Bridging the Communication Gap

We decided the University of Richmond Campus wasn't a large enough bridge.

Thursday, June 2, 2011

Communication: Avoiding the Gray Area (Published Jan 21st, '10)

One of the most feared expressions known to mankind is the phrase “We need to talk.”

Whether a parent, friend, teacher or significant other says it to you, it automatically triggers the body to react in a negative manner. The sweat glands open up, your hairs become on edge, blood begins to rush to your head as your mind races back and forth, attempting to figure out where the conversation will lead. Fear begins to creep in the hearts of even the bravest men. Why is this so?

“We need to talk” is alarming because of the fear of the unknown. Fear seeps in when something catches us off guard. This mainly occurs when people are not on the same page.

Our generation has a very difficult time communicating our TRUE feelings, especially in person. Many people (especially males) in this day and age feel more comfortable expressing how they feel via text messages or via instant messaging, which is becoming a growing problem. We must learn to express how we feel and say what we want. We are no longer in high school where we should have to play the guessing game that kind of goes like this:

“I thought you meant this. I assumed that you wanted this. I guessed you felt this way about me. I don’t know what you want from me. I don’t know what I want. I don’t know where this is going. Let’s just see what happens.”

Our university and extracurricular activities keep us entirely too busy to constantly play the guessing game. It is time to mature into the young adults we say we are by openly expressing what we want and how we feel. And if we do not know what we want, then we need to make it clear that we are undecided.

Do not string people along because you cannot make a firm decision and stick with it. If you are undecided, do not expect the other person to tarry along while you figure out what you want. And if you are dealing with someone who is undecided, do not allow him or her to continue to string you along.

Now, being a second-semester senior, I realize that life in college is too short to be constantly unsure or uncertain about what you desire in life. Therefore, to bring someone else in your unsure and uncertain lifestyle is not only selfish, but also unfair to the other person.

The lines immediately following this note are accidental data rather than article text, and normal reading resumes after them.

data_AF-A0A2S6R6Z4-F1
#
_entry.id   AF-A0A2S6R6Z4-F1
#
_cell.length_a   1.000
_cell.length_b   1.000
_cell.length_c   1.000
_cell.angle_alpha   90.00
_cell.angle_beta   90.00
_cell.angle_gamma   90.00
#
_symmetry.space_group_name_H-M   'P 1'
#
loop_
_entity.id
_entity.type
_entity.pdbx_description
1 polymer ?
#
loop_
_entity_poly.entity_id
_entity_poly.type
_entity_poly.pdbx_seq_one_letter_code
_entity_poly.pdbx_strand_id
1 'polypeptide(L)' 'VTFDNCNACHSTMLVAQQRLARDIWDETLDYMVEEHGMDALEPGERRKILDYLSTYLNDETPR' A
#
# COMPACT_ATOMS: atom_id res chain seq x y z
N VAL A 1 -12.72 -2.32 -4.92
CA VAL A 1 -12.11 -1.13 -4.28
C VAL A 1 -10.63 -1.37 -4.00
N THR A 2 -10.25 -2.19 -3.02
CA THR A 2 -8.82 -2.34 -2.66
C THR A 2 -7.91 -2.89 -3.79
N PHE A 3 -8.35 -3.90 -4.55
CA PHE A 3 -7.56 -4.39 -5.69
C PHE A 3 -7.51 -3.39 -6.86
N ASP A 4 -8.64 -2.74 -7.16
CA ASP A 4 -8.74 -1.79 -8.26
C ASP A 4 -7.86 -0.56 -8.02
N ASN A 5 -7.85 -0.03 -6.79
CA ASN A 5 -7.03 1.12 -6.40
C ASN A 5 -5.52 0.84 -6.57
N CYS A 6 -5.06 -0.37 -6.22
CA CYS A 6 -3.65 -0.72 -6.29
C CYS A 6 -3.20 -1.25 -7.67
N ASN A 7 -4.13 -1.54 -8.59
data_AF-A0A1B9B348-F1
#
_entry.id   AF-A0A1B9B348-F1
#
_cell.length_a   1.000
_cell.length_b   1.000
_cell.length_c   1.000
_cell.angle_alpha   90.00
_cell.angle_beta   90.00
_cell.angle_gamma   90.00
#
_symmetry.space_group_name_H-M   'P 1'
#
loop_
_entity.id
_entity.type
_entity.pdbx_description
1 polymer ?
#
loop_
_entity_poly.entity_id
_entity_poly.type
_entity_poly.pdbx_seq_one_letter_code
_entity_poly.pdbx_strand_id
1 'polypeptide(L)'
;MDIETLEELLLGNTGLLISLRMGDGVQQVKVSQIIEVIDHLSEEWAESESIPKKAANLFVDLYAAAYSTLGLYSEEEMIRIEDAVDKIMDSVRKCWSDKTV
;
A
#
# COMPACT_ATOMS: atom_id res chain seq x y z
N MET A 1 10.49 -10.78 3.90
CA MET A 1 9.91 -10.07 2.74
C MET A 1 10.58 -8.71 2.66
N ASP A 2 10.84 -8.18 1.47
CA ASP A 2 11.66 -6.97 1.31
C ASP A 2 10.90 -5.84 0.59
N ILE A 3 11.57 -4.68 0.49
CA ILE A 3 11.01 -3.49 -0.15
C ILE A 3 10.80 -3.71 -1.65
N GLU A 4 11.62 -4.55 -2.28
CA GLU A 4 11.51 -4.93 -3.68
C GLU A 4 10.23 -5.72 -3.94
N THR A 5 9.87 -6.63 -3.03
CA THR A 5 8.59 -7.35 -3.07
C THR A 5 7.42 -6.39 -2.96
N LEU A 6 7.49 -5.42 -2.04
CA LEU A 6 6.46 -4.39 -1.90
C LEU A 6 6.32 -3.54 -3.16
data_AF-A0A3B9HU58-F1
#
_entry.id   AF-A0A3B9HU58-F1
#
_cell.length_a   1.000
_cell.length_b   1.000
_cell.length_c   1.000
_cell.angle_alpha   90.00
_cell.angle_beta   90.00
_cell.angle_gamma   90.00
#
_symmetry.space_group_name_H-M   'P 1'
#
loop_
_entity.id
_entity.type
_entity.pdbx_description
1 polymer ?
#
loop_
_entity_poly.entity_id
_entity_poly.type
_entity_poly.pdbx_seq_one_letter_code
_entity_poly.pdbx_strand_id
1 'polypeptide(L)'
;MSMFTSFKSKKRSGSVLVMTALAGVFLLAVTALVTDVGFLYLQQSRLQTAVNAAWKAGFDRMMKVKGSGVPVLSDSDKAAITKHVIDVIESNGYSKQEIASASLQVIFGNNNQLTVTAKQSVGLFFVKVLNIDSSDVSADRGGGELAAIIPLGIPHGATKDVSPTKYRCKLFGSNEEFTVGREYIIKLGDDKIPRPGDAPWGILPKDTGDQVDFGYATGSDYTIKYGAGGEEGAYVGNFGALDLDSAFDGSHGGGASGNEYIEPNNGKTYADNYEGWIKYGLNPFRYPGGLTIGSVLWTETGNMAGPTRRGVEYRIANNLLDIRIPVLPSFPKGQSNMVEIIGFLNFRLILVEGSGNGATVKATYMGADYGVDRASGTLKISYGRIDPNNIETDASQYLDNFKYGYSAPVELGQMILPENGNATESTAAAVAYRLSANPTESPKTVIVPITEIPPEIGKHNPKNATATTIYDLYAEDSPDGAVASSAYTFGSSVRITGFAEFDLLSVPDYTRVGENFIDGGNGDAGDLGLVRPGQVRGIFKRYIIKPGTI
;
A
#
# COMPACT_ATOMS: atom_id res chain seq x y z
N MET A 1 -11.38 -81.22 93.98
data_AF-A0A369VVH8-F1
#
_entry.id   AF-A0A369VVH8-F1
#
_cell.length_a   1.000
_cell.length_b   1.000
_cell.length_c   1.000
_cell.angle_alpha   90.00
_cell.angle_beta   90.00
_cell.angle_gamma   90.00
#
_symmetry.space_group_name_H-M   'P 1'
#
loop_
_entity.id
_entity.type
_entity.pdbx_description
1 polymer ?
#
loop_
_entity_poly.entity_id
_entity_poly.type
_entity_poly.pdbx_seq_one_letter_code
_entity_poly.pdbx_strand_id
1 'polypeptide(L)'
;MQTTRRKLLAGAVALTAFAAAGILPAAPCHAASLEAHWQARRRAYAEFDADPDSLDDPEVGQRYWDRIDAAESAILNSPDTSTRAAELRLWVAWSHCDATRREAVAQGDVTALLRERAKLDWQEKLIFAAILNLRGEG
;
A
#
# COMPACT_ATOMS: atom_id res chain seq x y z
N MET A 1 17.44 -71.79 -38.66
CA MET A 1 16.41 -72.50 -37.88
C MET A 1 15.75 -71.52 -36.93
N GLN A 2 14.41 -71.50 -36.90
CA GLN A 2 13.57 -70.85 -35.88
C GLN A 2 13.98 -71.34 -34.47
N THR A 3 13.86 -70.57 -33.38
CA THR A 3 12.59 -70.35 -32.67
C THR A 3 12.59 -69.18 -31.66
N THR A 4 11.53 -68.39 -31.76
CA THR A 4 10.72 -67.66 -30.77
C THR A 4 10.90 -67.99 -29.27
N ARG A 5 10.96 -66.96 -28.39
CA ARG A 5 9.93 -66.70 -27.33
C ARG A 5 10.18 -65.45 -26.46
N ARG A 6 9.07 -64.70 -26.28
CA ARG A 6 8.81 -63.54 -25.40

Ways to avoid the gray area:
Be honest.
Be blunt.
Have the conversation early.
If feelings change, address them right away.
If you and the other person do not have the same vision of what you want or expect, avoid the situation all together.

Benefits of avoiding the gray area:
Decreases stress.
Decreases sleepless nights.
Increases productivity.
Avoid hearing “We need to talk.”

Conflict in relationships is virtually inevitable. Conflict isn’t the problem. How you handle the situation determines whether you will continue to have a healthy relationship or whether you and your partner will continue to drift apart.

Miscommunication can be one of the leading sources of stress, anger and resentment. Next time you are feeling unsure about your position or feelings in the relationship, take time out and talk it out. If your partner cares about you and how you feel, he or she will not mind hearing you out. Just try to avoid using the phrase “We need to talk.”

If you want to bring up the conversation, you can start it by using “I” statements. Do not start the discussion asking numerous questions about how the other person feels. It causes people to become defensive immediately.

Once you open up, your partner is more likely to do the same. Then listen to your partner carefully and try to see his or her point of view to see whether you two can come to a solution or compromise that is beneficial to both parties.

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